The most serendipitous discovery in Little Senegal, though, was a storefront offering hundreds of pirated Senegalese CDs at $3 a pop. All of the big names were represented, and lots of the little ones, too. In the back room we could see people busily copying CDs and stuffing them into slim-line cases along with crudely-copied liner notes. My reservations about contributing to this dubious enterprise were offset by the chance to obtain hard-to-find music at hard-to-beat prices. How could I resist? To hear some of the music I copped scroll down to the bottom of this post.
Having heard much of Caffe Adulis, a legendary "Eritrean/Mediterranean" restaurant in New Haven, I was looking forward to a visit. The chef here has aspirations to broaden the parameters of Eritrean cuisine by incorporating influences from the Middle East and the Mediterranean, certainly a noble endeavor. Aku and I both enjoyed the "Adulis Appetizer," described as "seared shrimp sauteed with tomato, scallions, cabbage and garlic, served in a spicy, light cream, parmesan, basmati rice sauce." Perhaps to get a better feel for what Adulis is all about, we should have ordered a couple of the more adventurous entrees, but we wanted to sample the "Traditional Eritrean Dishes," lamb and chicken Tsebhe. What a disappointment! Both featured bland chunks of meat in an insipid, watery sauce, like Eritrean food from a can, if such a thing exists. I certainly can't claim to have tried every Ethiopian or Eritrean restaurant in the US (the two cuisines are almost identical), but judged by its execution of the standards, Adulis doesn't even make the top ten. For what it's worth, my favorite Ethiopian restaurant of all time continues to be Chicago's Ras Dashen.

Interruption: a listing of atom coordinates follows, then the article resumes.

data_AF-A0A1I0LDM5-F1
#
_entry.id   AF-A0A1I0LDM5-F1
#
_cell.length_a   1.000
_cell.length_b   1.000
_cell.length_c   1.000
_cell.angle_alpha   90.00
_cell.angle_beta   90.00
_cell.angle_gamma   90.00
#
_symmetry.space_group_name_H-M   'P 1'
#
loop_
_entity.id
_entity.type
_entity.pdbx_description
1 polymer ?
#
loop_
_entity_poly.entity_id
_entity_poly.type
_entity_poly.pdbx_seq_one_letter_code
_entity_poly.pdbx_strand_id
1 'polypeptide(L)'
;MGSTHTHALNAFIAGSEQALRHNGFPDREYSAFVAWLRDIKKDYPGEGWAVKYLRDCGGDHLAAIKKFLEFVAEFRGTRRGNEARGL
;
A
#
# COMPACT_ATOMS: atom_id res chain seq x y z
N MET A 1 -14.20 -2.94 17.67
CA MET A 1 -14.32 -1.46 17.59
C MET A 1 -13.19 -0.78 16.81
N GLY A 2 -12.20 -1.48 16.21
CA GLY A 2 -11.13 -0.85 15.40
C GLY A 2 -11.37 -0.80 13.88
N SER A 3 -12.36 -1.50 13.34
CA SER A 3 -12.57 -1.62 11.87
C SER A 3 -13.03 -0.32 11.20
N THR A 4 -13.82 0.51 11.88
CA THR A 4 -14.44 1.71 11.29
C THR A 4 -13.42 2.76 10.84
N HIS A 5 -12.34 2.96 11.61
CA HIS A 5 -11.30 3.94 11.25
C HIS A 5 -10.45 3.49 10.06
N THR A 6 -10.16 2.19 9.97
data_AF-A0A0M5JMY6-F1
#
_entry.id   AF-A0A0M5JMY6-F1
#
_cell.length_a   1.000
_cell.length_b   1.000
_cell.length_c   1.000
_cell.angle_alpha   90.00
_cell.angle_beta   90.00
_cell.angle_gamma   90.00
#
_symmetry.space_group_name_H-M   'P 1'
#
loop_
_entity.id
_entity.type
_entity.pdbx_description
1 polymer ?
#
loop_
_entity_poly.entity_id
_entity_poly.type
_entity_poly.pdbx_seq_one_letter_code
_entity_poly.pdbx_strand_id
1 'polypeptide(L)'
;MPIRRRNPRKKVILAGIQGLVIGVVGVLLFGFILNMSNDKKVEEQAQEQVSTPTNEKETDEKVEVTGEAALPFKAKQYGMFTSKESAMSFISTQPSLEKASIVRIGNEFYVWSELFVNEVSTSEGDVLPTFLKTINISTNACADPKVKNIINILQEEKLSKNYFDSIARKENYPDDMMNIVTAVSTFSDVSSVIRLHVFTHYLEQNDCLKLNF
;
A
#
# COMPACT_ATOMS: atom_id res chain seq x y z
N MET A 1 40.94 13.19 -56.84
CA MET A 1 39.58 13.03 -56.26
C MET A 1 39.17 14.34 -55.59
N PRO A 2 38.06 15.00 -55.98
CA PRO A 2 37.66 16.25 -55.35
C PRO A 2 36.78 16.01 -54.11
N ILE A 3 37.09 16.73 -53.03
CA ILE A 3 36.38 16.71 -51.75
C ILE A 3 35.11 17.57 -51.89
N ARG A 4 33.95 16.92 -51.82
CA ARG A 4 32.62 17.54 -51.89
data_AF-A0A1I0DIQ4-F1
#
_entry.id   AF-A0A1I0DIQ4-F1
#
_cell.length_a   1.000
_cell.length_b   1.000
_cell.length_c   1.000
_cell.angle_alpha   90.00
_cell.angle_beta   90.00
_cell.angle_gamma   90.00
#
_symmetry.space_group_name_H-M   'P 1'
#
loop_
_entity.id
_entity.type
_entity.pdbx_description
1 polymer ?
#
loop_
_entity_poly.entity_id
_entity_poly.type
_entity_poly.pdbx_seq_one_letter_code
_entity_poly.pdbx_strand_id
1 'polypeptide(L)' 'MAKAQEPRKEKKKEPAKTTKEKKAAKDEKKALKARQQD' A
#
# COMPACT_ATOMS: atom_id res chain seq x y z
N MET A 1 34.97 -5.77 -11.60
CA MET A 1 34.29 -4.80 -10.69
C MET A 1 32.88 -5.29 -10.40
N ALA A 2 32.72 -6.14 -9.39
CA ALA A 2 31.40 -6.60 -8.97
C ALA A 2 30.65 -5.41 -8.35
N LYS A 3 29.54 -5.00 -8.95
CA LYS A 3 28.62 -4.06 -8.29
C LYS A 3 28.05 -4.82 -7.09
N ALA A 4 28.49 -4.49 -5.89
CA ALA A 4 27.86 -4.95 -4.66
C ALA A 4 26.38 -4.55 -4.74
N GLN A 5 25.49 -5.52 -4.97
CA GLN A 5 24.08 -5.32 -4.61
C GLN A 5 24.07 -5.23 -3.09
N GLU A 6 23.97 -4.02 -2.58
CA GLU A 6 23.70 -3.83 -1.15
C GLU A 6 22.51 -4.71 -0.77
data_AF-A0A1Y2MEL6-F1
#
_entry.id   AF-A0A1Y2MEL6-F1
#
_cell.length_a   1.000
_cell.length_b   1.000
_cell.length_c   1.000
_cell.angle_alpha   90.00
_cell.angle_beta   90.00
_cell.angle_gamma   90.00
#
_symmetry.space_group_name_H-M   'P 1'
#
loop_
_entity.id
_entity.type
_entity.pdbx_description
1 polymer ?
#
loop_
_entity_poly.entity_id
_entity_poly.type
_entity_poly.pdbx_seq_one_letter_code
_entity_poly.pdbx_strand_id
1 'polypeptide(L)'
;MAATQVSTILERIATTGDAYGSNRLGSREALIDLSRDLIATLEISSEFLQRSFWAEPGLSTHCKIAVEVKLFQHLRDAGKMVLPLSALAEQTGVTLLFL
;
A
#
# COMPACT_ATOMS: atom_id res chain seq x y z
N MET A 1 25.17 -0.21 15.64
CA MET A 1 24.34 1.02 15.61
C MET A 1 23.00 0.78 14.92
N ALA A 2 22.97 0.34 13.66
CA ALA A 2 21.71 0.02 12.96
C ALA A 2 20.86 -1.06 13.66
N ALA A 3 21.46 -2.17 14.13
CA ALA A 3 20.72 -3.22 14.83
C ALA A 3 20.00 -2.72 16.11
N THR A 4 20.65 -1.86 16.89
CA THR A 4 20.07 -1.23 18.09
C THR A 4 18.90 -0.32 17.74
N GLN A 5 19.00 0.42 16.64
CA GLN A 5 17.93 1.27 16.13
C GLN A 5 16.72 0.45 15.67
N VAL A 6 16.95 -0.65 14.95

Here's some of the music I picked up from the aforementioned pirate shack. I also obtained an almost-complete collection of the recordings of Viviane N'dour, who will be the subject of a future Dakar Divas.
I confesss that I tuned Youssou N'dour (Viviane's former brother-in-law) out about twenty years ago, but he continues to make good music, if you're willing to explore beyond the World Music™ ghetto at the local Best Buy. Here's a track from his live release Bercy 2004 Vol. 2 (Jololi, 2004):
Youssou N'dour & le Super Etoile - 4.4.44
Here's another tune by Youssou taken from a bootleg compilation, Mbalax Supreme 13 by DJ Zacharia:
Youssou N'dour & le Super Etoile - Boolo Leen
I think most people in the know would agree that the three top male vocalists in Senegal are Youssou N'dour, Thione Seck and Omar Pene. To say one of these is "the greatest" is to miss the point; that's like comparing apples, oranges and kiwis. Still, I've always had a soft spot for Thione Seck, veteran of Orchestre Baobab, whose soulful voice thrills me like no other. From another bootleg release, Best of Thione Seck, here are a few representative tunes:
Thione Seck & le Raam Daan - Mane Mi Gnoul
Thione Seck & le Raam Daan - Yaye Boye
Thione Seck & le Raam Daan - Yeen
Didier Awadi was a founder of Senegalese hip-hop group Positive Black Soul and has been a solo artist since 2002. Here's a selection from his second CD, Sunugaal (Studio Sankara, 2006):
Awadi - Djow Sa Gaal
If you've been around here long you know I'm just crazy about Kiné Lam. Unfortunately I'm not aware of anything she's put out since 2003's Cey Geer (Jololi) but I'm happy to report that I've obtained a CD rip of that cassette, from which the following two songs are taken:
Kiné Lam - Jullig Geejgi
Kiné Lam - Nafissatou
Finally, here's a tune from one of Senegal's new crop of female vocalists, the lovely and talented Ami Collé. This is from her CD Defar Ba Mou Baax. Click here for a video:
Ami Collé - Dieng Salla